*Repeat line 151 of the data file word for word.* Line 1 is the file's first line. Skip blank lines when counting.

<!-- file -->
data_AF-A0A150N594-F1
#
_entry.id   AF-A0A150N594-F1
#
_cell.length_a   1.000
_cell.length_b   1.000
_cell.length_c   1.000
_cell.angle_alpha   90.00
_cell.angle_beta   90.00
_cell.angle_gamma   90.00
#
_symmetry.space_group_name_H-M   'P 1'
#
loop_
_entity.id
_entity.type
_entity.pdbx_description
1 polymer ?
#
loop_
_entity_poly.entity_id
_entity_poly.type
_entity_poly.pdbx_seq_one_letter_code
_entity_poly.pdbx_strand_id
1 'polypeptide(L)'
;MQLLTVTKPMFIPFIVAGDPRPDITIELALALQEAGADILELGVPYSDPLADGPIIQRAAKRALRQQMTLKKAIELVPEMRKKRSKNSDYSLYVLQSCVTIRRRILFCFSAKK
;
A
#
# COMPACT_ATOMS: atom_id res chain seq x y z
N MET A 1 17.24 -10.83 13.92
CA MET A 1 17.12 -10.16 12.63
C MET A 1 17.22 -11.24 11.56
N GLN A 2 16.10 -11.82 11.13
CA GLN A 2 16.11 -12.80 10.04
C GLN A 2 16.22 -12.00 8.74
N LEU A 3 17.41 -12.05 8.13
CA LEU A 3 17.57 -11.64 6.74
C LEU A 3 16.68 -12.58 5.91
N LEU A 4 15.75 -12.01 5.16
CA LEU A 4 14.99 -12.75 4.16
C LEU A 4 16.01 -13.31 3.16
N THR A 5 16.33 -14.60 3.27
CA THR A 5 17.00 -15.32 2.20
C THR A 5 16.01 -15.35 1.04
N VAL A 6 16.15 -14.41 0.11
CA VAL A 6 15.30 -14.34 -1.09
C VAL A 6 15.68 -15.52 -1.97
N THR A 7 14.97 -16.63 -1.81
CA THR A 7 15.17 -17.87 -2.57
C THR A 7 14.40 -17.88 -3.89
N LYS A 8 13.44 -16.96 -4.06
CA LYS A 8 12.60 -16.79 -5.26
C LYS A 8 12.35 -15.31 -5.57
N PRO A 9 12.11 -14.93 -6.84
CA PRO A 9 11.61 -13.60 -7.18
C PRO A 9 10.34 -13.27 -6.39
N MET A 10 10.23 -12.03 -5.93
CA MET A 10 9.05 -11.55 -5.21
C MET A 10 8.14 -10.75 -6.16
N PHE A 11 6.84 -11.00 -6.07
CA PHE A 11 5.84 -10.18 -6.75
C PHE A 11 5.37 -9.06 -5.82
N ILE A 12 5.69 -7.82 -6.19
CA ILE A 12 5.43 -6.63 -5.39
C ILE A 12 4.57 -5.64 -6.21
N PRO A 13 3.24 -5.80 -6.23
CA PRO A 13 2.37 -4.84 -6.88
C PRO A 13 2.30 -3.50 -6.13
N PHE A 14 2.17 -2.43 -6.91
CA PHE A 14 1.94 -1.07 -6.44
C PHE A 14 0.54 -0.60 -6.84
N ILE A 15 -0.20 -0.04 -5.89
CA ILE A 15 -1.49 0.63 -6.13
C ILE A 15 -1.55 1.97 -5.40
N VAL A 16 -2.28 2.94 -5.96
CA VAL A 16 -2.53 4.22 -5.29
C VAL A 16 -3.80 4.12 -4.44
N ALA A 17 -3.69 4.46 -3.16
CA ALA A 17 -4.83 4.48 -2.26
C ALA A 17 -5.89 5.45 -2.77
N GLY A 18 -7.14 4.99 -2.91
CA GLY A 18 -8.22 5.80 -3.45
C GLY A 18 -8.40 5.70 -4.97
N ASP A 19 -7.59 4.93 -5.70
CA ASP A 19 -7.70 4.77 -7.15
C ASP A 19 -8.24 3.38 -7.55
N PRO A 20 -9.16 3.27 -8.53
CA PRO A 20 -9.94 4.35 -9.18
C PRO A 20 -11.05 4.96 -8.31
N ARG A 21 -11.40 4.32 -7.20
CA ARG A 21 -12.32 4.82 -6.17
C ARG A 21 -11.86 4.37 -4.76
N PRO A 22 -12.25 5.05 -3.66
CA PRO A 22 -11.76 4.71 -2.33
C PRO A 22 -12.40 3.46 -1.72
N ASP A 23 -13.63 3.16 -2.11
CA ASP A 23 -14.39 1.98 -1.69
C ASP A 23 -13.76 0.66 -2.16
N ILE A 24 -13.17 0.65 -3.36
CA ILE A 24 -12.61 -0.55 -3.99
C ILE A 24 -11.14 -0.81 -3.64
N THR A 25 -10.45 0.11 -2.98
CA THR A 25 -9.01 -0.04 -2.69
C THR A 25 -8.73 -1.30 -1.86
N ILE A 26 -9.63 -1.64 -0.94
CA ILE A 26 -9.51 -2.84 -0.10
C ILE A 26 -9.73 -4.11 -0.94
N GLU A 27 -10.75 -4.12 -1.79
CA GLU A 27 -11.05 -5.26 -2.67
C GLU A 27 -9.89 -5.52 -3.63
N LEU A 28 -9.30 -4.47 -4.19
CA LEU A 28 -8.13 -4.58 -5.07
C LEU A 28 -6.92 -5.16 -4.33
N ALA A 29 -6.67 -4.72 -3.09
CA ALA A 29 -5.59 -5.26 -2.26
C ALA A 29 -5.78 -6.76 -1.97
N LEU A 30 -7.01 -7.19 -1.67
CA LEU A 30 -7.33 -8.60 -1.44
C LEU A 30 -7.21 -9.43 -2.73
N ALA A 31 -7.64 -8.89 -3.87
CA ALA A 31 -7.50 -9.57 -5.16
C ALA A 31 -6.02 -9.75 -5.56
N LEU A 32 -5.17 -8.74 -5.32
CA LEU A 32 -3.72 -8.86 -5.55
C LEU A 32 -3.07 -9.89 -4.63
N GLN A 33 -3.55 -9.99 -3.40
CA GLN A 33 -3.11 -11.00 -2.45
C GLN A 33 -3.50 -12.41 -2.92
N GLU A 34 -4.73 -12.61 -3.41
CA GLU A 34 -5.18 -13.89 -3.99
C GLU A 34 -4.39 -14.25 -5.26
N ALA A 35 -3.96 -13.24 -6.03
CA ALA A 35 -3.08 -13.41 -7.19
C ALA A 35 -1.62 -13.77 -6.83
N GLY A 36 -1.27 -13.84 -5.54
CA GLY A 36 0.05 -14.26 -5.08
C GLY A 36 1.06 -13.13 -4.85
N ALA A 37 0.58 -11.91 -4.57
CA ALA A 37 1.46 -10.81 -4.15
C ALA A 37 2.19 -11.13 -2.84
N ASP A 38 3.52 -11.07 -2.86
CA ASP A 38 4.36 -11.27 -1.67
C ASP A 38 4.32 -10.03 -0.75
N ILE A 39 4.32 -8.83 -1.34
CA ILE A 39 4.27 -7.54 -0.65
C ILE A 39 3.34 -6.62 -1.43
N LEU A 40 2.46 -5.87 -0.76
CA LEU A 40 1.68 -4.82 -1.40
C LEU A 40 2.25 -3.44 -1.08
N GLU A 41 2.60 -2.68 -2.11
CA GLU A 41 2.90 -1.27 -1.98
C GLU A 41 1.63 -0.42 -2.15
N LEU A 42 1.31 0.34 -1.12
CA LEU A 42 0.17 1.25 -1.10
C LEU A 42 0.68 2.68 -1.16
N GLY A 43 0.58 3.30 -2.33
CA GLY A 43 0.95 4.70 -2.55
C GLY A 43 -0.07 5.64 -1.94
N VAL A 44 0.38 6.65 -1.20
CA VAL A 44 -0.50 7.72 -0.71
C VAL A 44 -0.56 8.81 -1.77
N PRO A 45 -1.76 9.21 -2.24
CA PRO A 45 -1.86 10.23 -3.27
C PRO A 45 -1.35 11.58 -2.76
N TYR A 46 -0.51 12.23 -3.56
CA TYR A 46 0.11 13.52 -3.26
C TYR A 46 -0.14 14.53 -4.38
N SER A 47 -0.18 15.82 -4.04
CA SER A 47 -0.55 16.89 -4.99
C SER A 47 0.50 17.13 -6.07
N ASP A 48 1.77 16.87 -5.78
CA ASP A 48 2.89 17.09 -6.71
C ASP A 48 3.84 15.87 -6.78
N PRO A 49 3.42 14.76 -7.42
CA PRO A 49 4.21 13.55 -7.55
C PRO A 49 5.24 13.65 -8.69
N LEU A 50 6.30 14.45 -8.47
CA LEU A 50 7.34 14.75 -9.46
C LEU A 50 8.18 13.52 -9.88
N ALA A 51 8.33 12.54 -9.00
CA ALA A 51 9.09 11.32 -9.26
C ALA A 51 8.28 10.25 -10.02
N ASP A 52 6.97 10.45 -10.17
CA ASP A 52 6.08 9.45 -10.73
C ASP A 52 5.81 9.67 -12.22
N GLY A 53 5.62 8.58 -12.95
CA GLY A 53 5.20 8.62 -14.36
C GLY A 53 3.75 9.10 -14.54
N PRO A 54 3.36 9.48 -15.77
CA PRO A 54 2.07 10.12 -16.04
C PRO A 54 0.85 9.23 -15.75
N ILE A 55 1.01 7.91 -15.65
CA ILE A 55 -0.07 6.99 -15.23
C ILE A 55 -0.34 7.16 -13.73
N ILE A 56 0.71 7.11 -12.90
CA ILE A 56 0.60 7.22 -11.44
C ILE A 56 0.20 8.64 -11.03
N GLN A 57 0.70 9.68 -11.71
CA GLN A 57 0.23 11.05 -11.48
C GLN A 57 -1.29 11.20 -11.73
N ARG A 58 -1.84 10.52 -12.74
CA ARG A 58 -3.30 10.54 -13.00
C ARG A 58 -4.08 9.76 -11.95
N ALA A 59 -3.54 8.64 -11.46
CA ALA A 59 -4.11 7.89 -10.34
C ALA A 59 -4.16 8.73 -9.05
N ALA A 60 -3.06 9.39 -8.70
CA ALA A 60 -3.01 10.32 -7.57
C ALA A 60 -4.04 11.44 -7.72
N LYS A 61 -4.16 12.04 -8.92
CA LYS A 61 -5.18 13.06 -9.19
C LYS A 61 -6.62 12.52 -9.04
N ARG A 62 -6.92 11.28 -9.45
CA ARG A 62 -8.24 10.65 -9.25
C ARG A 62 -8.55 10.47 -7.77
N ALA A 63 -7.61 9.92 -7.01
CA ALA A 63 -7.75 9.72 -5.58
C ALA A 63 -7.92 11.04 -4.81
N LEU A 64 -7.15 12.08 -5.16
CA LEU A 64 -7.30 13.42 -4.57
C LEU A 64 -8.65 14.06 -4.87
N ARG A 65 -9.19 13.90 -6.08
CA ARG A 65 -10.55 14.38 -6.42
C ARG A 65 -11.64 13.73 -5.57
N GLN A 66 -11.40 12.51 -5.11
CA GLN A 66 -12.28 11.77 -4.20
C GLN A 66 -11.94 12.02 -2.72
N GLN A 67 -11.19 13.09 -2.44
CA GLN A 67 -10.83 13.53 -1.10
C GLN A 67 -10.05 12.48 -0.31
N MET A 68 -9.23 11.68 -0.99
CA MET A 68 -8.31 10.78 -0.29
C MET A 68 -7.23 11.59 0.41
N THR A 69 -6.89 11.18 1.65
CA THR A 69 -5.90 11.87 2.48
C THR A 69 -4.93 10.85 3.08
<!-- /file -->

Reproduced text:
N GLU A 41 2.60 -2.68 -2.11